And these are not new issues and continue to plague companies, fallacies like:

1)"It is the fault of the labor force"..while the UAW has not exactly been cutting edge, what this book points out is something known in quality circles for years, that most of the problems are using your labor force badly, not listening to them, and just plain bad management.

2)"The secret is robotics"..
Read more ›
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14 of 14 people found the following review helpful By D. C. Palter on December 16, 2008
Format: Paperback
If you want to understand why GM, Ford, and Chrysler are doomed and have been doomed for two decades, this is the book.

I've worked both for GM (twice) and in Japan for a Japanese automotive supplier, and I can attest that this book really got it right.

Unfortunately, while everyone in Detroit has read this book, they have never followed any of its advice or conclusions. All the talk about restructuring the US automobile manufacturers is simply about reducing costs and not about making better products by working cooperatively with employees, suppliers, dealers, and customers. Instead, Detroit continues to beat up suppliers on price and wonders why their quality is poor, push employees on wages and wonders why employees care little if the company is successful, haggle with their dealer network to push unwanted cars onto unreceptive customers.

We can bail out the industry financially, but until they learn to compete with the Japanese, they are doomed to decreasing relevance and increasing losses.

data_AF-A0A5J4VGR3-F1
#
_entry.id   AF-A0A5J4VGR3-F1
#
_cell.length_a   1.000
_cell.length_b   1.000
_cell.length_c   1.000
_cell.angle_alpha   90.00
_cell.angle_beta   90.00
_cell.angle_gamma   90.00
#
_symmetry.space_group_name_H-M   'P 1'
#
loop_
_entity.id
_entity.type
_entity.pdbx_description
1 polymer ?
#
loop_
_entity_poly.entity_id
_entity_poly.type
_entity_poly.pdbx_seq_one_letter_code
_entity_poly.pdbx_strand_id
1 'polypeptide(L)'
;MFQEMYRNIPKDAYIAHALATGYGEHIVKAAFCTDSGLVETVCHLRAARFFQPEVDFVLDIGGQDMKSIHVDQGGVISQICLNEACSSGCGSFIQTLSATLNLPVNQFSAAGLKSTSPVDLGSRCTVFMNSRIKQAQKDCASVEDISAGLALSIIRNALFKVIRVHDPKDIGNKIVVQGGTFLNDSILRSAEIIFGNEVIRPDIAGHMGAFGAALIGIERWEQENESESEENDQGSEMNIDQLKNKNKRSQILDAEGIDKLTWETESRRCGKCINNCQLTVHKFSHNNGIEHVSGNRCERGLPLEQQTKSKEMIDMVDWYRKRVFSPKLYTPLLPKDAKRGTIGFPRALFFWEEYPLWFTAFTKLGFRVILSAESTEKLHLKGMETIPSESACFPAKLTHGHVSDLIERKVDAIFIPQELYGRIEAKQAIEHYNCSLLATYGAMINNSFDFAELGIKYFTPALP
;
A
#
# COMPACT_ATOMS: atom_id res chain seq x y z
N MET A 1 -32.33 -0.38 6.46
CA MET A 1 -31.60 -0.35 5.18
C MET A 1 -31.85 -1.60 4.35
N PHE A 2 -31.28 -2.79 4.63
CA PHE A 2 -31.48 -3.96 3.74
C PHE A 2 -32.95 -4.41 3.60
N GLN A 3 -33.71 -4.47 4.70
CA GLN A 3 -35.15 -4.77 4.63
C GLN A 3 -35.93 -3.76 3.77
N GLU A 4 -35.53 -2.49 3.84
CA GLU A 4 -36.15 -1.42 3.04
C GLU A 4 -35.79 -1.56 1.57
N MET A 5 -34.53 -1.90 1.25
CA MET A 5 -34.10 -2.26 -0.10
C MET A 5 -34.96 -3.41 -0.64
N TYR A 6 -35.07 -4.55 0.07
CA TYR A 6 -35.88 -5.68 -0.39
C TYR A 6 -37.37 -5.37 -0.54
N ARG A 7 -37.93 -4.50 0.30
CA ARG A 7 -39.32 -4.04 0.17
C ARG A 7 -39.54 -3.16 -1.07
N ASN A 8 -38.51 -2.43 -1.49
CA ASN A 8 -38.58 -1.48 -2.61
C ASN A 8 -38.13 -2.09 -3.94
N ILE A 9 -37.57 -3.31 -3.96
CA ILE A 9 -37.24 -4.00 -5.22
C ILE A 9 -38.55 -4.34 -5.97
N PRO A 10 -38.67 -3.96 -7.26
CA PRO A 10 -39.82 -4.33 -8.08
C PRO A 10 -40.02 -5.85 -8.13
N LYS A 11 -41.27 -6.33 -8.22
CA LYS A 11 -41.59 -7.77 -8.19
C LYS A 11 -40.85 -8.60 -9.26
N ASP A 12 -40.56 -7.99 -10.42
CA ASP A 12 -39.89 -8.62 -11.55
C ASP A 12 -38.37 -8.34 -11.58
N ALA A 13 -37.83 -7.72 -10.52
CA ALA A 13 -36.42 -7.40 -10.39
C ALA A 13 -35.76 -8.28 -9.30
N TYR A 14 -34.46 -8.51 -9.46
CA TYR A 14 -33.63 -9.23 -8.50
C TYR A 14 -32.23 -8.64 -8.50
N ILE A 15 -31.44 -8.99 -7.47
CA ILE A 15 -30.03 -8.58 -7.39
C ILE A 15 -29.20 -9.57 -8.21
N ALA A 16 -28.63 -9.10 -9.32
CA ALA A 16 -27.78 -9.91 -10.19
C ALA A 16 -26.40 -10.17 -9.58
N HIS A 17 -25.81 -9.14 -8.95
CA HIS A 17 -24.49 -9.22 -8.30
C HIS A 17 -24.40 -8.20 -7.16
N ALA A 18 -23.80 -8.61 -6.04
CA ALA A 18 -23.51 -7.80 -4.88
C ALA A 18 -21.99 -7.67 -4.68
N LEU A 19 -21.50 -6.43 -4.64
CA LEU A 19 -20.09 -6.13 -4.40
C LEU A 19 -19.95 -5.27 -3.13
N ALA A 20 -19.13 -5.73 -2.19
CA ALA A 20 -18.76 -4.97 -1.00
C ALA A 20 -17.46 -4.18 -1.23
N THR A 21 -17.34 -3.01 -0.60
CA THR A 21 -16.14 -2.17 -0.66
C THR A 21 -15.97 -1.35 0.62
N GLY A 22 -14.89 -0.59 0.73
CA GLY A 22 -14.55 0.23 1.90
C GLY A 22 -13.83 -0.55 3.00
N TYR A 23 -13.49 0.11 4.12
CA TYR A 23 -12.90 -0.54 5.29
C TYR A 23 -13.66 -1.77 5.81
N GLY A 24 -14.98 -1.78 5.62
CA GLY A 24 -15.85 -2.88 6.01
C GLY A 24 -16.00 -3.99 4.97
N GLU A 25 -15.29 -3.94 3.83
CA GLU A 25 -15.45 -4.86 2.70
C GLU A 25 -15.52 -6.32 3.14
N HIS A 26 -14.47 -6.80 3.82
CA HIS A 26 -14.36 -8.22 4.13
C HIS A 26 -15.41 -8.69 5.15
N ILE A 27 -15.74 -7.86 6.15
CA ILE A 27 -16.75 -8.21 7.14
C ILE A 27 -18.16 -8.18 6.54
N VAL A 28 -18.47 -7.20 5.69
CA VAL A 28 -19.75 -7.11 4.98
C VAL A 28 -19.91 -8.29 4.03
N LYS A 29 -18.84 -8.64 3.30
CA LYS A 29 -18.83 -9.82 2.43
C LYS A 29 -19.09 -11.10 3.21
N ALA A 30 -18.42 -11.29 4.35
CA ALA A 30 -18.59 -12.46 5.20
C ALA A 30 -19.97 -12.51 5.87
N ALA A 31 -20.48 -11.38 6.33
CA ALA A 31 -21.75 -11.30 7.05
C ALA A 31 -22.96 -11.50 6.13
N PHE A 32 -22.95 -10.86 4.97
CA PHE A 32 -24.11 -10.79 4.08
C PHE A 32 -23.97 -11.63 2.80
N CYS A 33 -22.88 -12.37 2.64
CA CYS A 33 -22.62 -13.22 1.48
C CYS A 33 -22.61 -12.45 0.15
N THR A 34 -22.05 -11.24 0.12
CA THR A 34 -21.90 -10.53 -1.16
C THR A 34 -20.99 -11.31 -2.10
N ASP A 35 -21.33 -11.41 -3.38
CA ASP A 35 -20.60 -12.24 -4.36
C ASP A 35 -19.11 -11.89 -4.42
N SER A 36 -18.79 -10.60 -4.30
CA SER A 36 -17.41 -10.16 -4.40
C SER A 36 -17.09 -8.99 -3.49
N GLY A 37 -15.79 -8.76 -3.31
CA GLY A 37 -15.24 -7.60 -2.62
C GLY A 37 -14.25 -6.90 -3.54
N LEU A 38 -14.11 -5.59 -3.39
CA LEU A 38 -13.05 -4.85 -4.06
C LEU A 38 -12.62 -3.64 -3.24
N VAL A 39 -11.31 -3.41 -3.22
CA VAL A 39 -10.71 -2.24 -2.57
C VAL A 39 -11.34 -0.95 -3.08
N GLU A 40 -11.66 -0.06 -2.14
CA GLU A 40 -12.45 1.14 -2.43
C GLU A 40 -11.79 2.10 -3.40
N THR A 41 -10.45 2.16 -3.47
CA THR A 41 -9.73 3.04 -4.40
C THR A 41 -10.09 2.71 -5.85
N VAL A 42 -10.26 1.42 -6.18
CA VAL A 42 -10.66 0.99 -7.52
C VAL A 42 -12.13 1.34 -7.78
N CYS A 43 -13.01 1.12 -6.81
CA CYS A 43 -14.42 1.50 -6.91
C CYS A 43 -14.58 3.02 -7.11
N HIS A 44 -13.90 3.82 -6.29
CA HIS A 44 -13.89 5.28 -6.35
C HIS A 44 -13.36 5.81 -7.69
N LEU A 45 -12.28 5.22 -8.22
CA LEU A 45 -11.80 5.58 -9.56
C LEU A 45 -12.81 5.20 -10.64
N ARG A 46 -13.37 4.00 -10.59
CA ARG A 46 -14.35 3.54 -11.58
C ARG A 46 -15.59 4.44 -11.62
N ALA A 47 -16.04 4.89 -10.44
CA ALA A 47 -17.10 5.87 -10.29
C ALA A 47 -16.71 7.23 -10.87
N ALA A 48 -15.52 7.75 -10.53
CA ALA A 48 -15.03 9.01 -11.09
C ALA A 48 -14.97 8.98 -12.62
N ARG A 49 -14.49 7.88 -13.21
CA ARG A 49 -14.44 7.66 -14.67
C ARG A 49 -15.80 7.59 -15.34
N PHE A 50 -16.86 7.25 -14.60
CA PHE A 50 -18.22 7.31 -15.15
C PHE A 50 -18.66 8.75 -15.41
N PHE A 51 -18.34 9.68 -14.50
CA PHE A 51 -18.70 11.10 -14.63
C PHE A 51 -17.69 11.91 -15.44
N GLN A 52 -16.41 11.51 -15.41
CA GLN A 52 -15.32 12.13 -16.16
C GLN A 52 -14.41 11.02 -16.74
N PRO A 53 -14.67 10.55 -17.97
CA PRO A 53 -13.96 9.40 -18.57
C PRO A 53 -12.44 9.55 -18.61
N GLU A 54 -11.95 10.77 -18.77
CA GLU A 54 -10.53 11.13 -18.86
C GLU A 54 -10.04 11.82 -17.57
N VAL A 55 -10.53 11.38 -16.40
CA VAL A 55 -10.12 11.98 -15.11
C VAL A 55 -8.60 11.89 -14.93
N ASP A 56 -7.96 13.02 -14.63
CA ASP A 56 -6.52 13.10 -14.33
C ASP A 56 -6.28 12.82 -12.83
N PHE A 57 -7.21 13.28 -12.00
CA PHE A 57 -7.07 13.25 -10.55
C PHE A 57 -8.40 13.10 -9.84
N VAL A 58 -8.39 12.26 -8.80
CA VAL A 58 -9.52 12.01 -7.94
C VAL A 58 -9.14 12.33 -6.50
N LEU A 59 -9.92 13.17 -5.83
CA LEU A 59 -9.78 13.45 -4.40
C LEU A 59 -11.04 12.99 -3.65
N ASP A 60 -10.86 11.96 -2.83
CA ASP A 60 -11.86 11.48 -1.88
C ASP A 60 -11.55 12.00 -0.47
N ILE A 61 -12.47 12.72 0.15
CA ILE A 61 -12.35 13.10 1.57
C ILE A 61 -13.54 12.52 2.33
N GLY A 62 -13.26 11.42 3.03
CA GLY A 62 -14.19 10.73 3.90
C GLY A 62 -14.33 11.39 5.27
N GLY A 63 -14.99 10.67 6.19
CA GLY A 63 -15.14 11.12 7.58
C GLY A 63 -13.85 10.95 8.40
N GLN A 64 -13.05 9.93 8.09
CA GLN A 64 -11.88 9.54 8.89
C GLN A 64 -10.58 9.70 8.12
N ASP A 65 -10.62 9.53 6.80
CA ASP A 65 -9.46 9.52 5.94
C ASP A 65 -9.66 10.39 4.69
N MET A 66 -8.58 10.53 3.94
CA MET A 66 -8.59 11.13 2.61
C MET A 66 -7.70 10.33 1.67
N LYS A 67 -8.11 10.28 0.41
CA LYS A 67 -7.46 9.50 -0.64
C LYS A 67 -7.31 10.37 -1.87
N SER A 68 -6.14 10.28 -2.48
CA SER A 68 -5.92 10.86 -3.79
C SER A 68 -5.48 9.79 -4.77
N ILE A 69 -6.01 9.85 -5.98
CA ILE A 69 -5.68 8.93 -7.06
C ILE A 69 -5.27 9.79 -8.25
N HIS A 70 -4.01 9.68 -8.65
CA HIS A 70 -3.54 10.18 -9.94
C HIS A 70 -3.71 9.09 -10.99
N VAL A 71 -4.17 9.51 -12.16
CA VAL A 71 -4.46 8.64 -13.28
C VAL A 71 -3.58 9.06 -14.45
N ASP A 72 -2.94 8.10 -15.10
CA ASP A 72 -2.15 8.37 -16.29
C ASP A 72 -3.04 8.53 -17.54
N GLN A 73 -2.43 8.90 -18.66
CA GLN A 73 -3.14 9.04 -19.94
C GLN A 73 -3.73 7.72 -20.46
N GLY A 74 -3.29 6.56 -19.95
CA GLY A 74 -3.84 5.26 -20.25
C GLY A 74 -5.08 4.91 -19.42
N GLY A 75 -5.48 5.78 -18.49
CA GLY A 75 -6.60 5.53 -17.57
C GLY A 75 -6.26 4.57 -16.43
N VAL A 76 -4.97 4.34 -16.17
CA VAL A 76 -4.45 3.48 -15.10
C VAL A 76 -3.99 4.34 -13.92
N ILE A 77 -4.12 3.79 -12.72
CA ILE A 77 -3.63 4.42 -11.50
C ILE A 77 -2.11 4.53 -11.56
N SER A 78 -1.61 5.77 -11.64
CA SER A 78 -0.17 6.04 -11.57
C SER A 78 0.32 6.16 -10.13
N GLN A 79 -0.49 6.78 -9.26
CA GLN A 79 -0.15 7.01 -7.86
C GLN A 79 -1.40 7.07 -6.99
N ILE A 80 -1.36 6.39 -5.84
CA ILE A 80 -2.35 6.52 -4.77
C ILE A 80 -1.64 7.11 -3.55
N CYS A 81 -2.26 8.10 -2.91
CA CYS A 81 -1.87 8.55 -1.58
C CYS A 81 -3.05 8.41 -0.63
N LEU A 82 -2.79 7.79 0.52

This book isn't exciting to read, but nearly 20 years since its original publication, it remains as relevant as ever.
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20 of 22 people found the following review helpful By A Customer on January 2, 2003
Format: Paperback
If you are just starting out learning about Lean Manufacturing, and you only have time to read one book, "The Machine that Changed the World" is an historically important book but "Lean Thinking" is the one that actually gets you started toward implementation. It's one of those rare occasions where the sequel was better than the original.
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7 of 7 people found the following review helpful By C. Clayton on June 21, 2008
Format: Paperback
Lean production (now frequently called Lean manufacturing) has melded into several industries here in the United States, but back when this book was written, it was just catching on. I read the book in 2000. Many of the concepts are still worthwhile in this book, both for the historical significance as well as the lean ideas presented.

The Machine that Changed the World is a fascinating book that teaches what the Japanese learned and how to apply their ideas to the US auto market. Competition is always tough, but these tools provides a competitive advantage to those companies who embrace them and make them part of doing business. Not all ideas are applicable to every application, but there are plenty of diamonds to be farmed here.

Well trained employees, a commitment to excellence by everyone (from the janitor to the CEO), teamwork, flexibility of skill sets, and learning lessons from successes and failures are all important elements of lean manufacturing. Setting up manufacturing lines efficiently, working closely with suppliers, line smoothing, encouraging innovative and cost saving suggestions and much more are also critical lean concepts.

Lean manufacturing doesn't happen overnight and a company and its employees must be diligent in their efforts to put high quality products at reasonable prices out the door.

The Machine that Changed the World is highly rated by many people and should be. It has timeless ideas to produce higher quality products and recommends never being completely satisfied. Well written and researched, this is a top notch book!

The Re-Discovery of Common Sense: A Guide to: The Lost Art of Critical Thinking